Thomas Jefferson is today known as one of America’s greater presidents. So much so that both Democrats and Republicans claim him as their own. But he also undertook another remarkable feat – he re-wrote the Gospels to make them less miraculous. William Bodkin explains.
Few people in American history have been picked over as much as Thomas Jefferson. Of the Founding Fathers, he is considered second only to George Washington, and of the presidents, only Abraham Lincoln may have had more written about him. This is all with good reason. Jefferson, alongside John Adams, formed the original American frenemies; together they forged the creative relationship that gave birth to the United States. Their influence, and conflicts, remain to this day. The United States runs for political office in the language of Jefferson, that of personal freedom and self-determination, but governs in the language of Adams, that of a technocratic elite managing a strong central government.
In my last post, I considered John Adams’ Declaration of Independence,the May 15, 1776 resolution he believed to be the real Declaration, consigning Jefferson’s to a mere ceremonial afterthought. Adams, eyes firmly locked on posterity, seemed to compete for immortality with Jefferson. However, despite recent efforts to rehabilitate the image of the second president, Adams, who knew he had made himself obnoxious to his colleagues, has largely lost this battle.
Jefferson, by contrast, is beloved as the genius Founding Father whom everyone claims as their own. The Democrats revere him for founding their party, one of the oldest in the world. The Republicans, and the tea party movement in particular, love to quote his language of personal freedom and revolution, like invoking his statement that “the tree of liberty must be refreshed from time to time with the blood of patriots and tyrants.” All agree that his “ceremonial afterthought” should be celebrated for all time.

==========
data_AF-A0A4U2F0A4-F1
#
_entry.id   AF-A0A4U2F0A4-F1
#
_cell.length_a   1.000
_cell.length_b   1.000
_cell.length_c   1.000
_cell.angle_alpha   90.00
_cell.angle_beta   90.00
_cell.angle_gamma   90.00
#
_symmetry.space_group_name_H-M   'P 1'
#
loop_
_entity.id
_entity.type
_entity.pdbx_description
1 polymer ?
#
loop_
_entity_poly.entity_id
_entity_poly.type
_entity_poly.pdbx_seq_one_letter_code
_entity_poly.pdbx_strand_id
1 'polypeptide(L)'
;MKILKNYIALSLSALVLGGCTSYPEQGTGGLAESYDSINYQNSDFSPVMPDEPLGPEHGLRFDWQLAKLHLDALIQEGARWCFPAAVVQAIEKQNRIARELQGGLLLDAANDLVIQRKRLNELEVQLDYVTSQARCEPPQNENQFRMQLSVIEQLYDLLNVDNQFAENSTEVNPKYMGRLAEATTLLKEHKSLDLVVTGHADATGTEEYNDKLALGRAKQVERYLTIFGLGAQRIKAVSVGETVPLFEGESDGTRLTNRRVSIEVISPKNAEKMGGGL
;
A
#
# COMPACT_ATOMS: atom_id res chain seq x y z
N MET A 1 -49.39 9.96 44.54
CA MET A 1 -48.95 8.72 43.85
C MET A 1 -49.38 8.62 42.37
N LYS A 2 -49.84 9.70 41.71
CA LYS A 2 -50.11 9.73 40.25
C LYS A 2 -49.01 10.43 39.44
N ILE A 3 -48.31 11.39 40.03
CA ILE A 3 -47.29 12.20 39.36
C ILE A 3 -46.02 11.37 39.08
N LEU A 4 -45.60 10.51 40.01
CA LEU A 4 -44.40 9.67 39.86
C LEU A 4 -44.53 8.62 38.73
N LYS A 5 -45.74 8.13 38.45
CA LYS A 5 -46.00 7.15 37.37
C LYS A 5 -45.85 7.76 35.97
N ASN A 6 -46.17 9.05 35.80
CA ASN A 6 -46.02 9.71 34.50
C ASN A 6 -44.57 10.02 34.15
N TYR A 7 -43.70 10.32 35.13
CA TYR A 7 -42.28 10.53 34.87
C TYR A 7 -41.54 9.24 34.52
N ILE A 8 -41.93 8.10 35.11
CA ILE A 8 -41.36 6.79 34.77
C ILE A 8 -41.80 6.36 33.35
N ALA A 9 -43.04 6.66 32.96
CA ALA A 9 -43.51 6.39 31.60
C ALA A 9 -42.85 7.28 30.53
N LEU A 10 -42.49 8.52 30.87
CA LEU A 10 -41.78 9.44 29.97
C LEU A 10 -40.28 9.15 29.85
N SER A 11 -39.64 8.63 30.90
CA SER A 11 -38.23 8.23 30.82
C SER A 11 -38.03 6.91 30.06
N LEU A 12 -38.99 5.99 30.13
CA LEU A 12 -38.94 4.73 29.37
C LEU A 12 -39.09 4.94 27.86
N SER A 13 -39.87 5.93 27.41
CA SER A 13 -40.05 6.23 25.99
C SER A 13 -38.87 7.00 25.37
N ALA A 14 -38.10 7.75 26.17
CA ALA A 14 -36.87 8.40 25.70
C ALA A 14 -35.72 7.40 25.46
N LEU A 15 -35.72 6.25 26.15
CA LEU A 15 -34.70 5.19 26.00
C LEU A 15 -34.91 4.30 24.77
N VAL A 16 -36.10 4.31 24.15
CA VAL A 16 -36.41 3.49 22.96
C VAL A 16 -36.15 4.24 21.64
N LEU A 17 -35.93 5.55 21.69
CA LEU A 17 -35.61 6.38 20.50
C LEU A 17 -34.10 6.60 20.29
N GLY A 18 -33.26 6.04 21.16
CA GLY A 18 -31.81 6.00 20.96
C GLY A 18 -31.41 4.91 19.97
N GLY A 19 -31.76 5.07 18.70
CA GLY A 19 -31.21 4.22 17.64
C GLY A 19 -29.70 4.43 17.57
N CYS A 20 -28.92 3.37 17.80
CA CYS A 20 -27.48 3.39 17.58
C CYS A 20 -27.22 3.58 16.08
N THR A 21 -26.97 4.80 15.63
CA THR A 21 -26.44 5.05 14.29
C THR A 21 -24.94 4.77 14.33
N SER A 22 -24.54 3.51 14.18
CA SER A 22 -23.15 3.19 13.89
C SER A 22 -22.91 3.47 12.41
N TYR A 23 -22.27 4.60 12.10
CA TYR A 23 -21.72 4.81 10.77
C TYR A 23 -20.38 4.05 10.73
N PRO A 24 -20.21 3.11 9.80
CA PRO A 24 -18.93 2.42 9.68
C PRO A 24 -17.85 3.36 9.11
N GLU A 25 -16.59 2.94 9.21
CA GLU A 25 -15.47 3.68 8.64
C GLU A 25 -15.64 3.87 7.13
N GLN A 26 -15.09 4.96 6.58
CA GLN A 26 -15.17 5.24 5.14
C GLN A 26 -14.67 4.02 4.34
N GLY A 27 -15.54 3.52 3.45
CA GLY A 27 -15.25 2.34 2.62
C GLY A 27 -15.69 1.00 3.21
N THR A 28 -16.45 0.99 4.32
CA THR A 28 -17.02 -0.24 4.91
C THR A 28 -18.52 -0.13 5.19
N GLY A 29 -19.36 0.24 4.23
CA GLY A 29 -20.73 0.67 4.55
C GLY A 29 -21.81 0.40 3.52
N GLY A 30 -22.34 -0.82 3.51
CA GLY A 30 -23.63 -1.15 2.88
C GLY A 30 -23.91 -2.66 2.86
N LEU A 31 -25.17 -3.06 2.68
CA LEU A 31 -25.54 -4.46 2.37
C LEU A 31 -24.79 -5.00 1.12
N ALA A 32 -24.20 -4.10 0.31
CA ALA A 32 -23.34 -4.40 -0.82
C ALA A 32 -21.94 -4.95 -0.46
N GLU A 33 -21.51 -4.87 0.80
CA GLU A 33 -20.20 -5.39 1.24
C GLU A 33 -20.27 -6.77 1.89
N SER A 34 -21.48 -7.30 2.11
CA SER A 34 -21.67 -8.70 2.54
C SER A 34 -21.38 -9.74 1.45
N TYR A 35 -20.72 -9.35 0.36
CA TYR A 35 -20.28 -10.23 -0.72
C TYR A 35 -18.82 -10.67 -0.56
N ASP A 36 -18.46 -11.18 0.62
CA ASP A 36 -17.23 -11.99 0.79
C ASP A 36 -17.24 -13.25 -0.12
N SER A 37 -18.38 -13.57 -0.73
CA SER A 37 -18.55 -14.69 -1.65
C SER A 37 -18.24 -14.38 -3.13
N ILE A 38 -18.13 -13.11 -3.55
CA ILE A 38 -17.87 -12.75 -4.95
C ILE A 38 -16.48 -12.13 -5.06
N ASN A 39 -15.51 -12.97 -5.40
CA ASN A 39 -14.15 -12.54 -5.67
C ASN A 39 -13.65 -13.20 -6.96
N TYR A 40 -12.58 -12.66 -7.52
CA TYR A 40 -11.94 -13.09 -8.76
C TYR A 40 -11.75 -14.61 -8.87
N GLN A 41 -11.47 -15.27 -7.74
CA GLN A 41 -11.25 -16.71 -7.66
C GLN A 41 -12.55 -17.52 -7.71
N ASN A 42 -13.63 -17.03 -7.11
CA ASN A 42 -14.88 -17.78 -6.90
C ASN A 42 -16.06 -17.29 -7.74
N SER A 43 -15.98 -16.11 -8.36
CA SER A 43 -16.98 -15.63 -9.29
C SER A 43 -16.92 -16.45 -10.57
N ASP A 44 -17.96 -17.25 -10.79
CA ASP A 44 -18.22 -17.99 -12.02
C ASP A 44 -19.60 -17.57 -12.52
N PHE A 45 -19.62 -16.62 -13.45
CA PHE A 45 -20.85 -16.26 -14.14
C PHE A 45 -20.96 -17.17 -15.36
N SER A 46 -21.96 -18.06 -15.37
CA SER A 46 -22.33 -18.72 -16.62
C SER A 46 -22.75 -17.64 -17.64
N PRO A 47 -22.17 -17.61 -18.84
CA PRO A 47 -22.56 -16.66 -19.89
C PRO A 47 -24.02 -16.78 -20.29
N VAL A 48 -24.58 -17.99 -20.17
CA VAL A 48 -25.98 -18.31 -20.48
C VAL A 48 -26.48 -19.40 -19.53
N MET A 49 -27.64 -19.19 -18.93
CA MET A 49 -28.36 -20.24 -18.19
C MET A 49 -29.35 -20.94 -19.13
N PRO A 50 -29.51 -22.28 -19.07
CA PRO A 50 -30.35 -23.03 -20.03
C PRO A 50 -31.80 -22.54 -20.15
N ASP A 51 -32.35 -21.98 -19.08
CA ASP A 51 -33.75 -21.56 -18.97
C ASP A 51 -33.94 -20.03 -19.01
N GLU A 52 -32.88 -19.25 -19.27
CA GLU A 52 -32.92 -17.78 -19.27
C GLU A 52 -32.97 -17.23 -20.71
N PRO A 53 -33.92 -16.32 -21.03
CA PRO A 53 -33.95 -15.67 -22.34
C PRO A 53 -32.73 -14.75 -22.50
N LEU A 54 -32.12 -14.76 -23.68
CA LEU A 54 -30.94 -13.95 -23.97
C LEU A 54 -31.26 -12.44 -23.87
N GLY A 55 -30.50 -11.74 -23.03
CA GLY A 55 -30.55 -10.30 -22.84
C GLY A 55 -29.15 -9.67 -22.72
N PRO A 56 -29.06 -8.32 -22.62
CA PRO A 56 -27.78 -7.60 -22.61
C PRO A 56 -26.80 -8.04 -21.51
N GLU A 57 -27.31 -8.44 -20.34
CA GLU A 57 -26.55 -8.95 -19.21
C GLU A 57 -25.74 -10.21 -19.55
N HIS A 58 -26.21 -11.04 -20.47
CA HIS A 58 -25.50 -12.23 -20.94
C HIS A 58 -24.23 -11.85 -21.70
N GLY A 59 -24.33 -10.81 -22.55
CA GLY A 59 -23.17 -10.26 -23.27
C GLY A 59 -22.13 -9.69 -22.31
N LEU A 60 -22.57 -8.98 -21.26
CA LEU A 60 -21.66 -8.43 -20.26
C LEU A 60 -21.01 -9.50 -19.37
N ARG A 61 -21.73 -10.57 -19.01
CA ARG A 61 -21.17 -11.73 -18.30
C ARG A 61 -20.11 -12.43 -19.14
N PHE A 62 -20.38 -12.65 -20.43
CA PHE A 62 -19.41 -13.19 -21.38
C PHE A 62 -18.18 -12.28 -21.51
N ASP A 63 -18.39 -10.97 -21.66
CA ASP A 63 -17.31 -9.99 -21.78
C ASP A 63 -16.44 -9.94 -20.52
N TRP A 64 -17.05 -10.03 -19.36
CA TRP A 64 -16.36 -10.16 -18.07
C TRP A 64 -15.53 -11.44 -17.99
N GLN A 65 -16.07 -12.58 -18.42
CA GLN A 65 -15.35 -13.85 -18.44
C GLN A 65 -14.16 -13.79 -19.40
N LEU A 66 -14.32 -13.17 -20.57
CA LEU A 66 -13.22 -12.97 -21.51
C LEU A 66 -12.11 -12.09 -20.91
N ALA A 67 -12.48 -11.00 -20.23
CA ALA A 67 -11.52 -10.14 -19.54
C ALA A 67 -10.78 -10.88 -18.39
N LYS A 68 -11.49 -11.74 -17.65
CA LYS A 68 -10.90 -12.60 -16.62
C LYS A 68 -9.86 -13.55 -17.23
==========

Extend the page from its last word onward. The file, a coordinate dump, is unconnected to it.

And yet, though he has won history’s affections, there’s an excellent chance Jefferson would be irritated by being worshiped or followed today. After all, Jefferson had “sworn eternal hostility” against “any form of tyranny over the mind of man,” believing that one generation of humanity could not bind another with its ideas, or even its laws. Jefferson said that it was “self-evident” that “the earth belongs to the living.” Indeed, were he alive today, he would probably encourage us to discard things such as the “original intent” of the Founding Fathers much in the same way he discarded the work of the Evangelists who wrote the Christian Gospels.
REWRITING THE GOSPELS
Jefferson was not known for his devotion to religion. Abigail Adams wrote, after Jefferson had defeated her husband John Adams for the presidency, that the young nation had “chosen as our chief Magistrate a man who makes no pretensions to the belief of an all wise and supreme Governor of the World.” Mrs. Adams did not think Jefferson was an atheist. Rather, Jefferson believed religion to only be as “useful as it may be made a political Engine” and that its rituals were a mere charade. Mrs. Adams concluded that Jefferson was “not a believer in the Christian system.”
Jefferson, who always professed a high regard for the teachings of Jesus, found the Gospels to be “defective as a whole,” with Jesus’ teachings “mutilated, misstated, and often unintelligible.” Jefferson seemed most offended by the accounts of miracles. The Gospels could be improved, he concluded, by removing the magical thinking – that is, anything that could not be explained by human reason.